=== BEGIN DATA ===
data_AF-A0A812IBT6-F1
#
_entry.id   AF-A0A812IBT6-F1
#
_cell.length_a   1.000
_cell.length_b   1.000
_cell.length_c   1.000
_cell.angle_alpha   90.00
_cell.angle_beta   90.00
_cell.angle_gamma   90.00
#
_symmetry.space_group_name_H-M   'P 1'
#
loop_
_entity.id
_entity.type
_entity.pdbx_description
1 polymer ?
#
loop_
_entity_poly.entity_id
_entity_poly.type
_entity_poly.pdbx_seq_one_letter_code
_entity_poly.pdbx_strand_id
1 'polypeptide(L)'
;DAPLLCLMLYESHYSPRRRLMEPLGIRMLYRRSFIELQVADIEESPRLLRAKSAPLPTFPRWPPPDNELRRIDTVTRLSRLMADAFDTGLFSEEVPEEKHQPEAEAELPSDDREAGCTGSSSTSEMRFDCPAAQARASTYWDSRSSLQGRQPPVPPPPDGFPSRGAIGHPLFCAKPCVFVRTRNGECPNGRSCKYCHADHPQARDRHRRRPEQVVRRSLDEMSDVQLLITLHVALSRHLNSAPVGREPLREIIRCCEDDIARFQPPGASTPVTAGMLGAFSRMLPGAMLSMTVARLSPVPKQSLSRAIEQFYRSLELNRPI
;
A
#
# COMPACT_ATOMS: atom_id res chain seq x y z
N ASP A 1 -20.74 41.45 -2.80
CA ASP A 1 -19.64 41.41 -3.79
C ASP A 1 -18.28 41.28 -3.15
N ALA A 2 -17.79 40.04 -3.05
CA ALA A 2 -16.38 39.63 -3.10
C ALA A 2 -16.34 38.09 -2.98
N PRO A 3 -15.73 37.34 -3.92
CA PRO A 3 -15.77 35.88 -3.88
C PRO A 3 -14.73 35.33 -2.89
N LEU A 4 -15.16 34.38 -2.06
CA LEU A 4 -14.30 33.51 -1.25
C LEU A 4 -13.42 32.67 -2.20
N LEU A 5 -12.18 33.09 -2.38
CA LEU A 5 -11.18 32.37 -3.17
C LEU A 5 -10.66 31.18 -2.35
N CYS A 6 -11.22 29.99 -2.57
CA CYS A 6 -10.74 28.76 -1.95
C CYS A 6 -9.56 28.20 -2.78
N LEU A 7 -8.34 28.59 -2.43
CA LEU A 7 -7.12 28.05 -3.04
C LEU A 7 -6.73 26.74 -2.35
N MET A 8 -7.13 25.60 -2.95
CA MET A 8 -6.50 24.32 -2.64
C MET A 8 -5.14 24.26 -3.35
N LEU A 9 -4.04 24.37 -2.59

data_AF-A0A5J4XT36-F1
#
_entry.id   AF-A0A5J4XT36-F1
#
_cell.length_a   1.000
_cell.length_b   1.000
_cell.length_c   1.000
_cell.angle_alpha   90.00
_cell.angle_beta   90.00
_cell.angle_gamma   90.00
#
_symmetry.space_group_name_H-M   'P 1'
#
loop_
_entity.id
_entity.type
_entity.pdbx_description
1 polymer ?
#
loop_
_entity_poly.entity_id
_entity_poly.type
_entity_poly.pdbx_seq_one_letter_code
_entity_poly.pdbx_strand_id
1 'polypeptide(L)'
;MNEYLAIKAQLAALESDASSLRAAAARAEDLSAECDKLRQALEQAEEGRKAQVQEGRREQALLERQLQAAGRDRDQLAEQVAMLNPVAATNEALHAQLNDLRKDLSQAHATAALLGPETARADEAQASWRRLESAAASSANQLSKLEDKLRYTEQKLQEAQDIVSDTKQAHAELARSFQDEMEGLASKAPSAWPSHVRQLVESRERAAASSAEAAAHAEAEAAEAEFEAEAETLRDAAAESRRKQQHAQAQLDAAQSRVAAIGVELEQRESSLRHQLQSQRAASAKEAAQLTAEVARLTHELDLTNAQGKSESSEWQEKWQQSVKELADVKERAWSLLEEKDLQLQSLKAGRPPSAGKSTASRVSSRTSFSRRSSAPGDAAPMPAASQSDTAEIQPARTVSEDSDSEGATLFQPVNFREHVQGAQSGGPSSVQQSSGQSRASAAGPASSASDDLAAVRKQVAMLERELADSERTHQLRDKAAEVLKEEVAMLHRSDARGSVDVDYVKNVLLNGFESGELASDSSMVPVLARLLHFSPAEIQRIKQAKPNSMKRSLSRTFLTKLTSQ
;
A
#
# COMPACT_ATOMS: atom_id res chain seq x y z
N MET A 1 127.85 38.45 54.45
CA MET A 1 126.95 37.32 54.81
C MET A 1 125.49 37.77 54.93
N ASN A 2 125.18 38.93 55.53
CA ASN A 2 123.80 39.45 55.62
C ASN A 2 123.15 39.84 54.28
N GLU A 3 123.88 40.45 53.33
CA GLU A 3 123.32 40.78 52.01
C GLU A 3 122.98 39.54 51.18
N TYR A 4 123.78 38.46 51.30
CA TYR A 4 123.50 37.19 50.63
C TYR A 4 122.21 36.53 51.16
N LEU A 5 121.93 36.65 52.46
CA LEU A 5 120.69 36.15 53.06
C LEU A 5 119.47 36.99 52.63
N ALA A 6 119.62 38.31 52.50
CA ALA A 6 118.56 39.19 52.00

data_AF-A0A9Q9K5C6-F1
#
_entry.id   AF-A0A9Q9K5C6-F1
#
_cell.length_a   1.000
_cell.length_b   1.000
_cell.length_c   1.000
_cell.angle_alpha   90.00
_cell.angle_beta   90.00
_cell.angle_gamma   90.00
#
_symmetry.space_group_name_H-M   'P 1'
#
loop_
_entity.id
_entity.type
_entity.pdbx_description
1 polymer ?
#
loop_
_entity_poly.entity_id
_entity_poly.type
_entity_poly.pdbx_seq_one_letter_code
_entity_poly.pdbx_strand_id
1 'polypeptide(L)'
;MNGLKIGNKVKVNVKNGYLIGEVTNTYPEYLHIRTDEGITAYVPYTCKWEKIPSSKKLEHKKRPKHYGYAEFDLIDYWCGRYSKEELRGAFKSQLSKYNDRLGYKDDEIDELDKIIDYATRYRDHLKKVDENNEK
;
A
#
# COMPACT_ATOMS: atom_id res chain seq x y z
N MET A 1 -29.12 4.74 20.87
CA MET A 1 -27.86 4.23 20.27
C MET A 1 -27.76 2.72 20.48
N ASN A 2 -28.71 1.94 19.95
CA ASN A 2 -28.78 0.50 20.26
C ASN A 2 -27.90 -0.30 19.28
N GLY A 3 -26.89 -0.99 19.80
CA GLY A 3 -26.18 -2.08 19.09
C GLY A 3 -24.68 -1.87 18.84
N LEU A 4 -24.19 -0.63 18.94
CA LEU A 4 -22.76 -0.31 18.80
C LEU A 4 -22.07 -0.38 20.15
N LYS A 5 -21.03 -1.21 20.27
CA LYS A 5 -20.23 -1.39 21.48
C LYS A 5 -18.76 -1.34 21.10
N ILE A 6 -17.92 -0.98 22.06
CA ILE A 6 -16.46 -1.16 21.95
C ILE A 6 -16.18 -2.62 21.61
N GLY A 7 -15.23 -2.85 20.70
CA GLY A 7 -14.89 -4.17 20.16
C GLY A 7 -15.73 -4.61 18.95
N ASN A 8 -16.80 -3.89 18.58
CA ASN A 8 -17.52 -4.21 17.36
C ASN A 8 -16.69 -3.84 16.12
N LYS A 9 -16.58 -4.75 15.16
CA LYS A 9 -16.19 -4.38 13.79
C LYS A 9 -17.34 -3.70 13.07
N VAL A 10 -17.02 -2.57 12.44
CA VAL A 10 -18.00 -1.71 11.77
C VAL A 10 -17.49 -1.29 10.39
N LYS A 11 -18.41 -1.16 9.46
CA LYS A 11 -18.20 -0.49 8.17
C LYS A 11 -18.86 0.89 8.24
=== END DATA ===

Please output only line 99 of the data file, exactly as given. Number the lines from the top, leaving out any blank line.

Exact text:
CA LEU A 5 120.69 36.15 53.06